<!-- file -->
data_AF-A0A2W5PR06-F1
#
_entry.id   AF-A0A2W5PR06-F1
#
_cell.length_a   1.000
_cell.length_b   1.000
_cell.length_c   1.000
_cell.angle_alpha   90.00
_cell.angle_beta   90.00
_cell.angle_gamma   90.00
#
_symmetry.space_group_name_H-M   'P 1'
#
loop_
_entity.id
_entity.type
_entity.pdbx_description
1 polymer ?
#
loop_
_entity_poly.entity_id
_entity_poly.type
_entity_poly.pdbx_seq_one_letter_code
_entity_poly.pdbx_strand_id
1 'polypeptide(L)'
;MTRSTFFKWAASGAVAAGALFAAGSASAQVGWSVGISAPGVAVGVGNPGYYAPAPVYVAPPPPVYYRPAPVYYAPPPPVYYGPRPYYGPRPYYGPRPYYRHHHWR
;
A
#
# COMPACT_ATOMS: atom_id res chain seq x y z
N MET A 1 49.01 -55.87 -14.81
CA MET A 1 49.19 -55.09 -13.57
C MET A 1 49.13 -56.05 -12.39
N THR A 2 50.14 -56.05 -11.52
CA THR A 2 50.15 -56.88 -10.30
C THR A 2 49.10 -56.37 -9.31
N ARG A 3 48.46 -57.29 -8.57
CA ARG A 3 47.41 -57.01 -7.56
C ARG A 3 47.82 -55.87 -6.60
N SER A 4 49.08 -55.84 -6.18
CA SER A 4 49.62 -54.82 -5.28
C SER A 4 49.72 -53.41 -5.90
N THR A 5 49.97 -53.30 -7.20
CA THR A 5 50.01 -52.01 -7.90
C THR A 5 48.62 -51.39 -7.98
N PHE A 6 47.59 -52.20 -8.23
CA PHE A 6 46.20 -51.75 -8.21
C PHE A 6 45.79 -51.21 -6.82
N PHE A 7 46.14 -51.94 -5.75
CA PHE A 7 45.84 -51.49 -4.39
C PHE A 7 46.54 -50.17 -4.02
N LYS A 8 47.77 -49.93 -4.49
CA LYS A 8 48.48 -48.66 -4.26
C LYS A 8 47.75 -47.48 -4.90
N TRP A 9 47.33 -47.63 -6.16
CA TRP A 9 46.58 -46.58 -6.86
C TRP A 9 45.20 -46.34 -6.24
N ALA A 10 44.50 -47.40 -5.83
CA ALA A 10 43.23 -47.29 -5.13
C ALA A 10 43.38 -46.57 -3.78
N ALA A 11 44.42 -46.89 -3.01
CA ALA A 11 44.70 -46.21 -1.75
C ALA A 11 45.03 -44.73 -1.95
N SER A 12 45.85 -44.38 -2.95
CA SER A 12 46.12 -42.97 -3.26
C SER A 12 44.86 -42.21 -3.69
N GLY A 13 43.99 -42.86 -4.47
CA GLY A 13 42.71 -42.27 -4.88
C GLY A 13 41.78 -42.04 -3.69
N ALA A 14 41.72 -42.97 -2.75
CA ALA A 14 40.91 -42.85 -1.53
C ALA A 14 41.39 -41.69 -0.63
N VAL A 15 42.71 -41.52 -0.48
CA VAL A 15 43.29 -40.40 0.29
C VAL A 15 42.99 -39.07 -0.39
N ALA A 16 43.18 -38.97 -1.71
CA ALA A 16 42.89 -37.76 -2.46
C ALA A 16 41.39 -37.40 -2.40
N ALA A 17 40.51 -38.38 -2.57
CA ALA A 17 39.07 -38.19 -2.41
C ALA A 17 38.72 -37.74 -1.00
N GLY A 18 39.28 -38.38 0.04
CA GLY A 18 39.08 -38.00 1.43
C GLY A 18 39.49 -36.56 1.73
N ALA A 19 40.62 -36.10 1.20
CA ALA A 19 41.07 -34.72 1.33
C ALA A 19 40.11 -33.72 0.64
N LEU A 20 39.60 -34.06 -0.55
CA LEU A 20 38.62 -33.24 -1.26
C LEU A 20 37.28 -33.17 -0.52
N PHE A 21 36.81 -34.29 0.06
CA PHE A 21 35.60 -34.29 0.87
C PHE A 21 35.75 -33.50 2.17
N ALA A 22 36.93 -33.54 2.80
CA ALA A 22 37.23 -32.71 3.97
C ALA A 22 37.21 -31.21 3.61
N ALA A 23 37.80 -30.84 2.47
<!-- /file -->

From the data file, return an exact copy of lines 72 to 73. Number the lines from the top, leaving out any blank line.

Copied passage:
C ALA A 14 41.39 -41.69 -0.63
N VAL A 15 42.71 -41.52 -0.48